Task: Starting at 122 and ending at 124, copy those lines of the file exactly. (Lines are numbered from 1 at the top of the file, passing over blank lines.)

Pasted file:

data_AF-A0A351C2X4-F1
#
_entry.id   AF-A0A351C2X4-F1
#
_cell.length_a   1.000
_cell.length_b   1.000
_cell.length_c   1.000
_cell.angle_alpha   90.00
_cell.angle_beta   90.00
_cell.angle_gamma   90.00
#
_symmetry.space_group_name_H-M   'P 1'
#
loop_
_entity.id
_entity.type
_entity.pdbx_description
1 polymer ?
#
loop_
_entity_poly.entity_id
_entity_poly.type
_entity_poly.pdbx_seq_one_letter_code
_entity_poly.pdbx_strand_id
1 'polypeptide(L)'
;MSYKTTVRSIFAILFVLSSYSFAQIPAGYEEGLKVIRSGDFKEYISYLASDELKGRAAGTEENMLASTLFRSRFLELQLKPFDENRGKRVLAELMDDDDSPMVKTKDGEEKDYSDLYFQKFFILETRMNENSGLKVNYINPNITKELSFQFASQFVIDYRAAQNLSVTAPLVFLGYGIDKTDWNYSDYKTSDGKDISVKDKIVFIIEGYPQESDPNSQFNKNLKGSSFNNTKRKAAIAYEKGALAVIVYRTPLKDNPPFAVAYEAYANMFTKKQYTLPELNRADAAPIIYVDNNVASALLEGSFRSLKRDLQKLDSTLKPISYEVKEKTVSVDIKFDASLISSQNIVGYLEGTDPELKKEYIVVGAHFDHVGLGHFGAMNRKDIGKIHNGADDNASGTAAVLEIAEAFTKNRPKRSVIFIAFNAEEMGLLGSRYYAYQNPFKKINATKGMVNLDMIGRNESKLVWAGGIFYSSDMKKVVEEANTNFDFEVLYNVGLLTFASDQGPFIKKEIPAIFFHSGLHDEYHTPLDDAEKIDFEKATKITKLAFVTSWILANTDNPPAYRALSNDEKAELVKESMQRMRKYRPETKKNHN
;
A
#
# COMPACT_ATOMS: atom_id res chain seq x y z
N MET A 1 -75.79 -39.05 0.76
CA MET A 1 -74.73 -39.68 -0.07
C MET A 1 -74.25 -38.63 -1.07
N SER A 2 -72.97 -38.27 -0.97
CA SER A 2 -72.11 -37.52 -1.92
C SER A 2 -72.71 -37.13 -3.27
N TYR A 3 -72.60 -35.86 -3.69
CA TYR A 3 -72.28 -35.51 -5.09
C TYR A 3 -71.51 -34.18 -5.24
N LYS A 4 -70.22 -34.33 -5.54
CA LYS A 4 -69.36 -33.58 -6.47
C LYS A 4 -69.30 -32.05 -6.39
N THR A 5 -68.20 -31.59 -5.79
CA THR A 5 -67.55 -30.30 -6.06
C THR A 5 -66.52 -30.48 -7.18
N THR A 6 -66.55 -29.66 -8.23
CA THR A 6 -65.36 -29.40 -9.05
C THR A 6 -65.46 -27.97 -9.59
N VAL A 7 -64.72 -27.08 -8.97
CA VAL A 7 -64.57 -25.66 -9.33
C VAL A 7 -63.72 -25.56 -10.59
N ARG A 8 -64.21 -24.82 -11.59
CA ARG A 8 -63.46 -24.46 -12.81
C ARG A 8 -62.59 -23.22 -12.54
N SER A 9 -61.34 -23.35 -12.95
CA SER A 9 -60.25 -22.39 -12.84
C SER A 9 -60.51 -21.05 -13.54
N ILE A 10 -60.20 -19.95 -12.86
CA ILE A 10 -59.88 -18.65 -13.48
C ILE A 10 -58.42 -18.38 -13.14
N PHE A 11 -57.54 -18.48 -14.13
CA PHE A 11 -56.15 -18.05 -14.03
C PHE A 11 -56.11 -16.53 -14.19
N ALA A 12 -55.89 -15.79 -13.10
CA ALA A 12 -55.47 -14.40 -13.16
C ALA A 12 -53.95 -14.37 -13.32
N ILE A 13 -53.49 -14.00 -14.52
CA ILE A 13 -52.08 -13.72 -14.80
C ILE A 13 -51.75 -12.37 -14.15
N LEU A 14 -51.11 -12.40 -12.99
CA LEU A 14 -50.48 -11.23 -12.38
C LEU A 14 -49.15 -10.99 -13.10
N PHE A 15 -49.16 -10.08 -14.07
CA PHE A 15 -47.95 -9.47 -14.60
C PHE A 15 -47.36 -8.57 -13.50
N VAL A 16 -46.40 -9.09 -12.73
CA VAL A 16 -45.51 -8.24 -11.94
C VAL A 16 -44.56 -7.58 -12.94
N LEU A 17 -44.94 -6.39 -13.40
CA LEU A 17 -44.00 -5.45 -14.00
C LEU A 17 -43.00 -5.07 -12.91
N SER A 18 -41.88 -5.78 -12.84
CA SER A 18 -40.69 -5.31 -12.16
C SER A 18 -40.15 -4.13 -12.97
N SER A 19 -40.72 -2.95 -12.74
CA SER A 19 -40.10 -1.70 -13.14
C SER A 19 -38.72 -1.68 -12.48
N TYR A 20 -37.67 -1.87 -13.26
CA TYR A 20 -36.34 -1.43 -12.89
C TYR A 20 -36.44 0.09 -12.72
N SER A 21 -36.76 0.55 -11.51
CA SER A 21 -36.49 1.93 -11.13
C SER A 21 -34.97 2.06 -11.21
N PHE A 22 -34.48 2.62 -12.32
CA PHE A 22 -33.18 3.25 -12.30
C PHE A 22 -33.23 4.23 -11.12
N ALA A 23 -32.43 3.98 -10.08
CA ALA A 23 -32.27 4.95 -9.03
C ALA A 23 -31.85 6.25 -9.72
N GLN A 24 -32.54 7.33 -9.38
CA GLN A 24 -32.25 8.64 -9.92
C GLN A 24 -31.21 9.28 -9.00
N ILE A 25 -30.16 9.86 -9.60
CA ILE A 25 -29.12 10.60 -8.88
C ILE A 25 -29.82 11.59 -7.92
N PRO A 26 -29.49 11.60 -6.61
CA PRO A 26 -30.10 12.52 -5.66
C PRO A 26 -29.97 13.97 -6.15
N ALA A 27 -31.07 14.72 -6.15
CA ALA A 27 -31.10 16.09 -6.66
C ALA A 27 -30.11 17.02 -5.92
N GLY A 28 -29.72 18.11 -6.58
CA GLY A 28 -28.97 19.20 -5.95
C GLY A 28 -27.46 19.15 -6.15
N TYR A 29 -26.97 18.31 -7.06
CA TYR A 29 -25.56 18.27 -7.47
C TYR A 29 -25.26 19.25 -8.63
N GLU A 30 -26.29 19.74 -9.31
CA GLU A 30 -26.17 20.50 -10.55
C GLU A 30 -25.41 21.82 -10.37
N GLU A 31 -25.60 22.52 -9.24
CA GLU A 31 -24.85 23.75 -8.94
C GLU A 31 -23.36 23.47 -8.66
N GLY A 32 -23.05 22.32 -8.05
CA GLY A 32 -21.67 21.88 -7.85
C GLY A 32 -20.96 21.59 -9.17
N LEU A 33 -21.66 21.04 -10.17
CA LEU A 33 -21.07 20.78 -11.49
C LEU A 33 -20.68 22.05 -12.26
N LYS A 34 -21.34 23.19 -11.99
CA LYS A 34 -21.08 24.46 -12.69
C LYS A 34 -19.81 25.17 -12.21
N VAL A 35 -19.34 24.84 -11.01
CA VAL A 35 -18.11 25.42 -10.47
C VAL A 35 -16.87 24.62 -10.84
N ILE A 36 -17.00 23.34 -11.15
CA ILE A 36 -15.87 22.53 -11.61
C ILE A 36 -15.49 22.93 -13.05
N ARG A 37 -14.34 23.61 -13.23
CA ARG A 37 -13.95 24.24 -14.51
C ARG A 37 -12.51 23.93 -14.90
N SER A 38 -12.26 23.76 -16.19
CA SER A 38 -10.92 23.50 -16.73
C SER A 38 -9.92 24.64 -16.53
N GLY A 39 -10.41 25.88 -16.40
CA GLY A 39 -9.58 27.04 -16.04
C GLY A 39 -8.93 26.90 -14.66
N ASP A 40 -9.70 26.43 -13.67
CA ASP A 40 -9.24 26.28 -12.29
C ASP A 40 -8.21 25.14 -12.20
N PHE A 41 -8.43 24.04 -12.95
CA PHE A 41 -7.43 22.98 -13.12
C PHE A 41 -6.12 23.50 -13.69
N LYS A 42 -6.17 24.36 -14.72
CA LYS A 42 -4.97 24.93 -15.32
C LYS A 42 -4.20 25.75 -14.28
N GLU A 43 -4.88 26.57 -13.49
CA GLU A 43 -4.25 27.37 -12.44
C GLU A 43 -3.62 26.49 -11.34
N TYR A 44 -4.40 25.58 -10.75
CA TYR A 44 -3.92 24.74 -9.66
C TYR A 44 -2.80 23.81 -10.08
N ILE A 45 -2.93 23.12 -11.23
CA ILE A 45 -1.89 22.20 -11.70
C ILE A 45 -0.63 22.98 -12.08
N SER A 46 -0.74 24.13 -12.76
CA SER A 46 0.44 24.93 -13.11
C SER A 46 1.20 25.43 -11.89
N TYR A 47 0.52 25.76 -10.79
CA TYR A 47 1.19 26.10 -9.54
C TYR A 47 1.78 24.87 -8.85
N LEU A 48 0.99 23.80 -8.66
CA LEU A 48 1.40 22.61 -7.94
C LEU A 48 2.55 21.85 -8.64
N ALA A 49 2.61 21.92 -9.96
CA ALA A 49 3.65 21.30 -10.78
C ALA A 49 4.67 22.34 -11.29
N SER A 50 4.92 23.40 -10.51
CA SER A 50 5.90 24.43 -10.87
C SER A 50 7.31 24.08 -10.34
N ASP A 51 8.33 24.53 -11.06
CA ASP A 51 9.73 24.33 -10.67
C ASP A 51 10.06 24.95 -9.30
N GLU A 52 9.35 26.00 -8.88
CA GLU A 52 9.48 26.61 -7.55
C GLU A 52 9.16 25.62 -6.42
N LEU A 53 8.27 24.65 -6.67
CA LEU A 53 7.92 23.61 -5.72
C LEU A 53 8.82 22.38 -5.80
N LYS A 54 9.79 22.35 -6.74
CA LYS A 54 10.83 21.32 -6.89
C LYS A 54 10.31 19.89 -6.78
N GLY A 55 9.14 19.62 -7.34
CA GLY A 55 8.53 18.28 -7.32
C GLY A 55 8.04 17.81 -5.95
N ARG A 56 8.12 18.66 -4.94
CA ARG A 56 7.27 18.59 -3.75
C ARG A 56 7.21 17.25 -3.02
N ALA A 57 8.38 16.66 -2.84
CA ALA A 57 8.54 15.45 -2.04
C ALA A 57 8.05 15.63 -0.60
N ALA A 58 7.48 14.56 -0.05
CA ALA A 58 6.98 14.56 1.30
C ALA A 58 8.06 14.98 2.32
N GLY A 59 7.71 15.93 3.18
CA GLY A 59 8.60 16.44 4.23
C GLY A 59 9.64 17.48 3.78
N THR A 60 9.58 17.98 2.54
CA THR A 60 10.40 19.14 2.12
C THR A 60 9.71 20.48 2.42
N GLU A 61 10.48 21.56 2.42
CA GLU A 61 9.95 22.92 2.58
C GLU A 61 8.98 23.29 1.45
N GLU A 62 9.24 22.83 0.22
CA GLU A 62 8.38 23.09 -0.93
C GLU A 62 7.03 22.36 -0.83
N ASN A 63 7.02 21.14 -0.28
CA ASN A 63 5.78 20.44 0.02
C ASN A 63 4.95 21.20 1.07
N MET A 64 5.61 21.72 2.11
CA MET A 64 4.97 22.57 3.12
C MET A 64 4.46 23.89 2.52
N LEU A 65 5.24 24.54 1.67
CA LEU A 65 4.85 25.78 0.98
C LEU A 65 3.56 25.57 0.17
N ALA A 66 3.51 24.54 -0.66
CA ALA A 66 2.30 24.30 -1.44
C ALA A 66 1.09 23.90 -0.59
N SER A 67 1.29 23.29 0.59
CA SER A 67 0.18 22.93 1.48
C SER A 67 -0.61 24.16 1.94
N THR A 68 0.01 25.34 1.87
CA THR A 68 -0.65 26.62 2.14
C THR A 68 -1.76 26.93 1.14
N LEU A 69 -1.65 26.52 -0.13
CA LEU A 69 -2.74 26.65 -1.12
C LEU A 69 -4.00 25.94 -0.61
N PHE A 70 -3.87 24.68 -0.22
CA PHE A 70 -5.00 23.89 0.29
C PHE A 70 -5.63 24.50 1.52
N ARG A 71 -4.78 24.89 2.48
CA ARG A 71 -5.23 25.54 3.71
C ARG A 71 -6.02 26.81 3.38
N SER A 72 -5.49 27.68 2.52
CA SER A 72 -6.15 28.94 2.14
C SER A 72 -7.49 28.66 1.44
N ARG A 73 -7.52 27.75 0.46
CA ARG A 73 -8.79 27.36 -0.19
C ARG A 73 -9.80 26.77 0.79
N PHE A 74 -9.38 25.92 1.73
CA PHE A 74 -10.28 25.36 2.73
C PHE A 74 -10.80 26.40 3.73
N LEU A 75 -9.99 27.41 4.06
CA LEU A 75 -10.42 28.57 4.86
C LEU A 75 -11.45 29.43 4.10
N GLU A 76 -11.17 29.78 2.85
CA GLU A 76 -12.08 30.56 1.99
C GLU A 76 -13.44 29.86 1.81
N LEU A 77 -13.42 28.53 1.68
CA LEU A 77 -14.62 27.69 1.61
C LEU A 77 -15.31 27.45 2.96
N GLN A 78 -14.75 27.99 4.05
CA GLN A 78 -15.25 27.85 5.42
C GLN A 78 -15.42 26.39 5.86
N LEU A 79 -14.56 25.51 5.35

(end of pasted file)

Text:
CA GLU A 31 -24.85 23.75 -8.94
C GLU A 31 -23.36 23.47 -8.66
N GLY A 32 -23.05 22.32 -8.05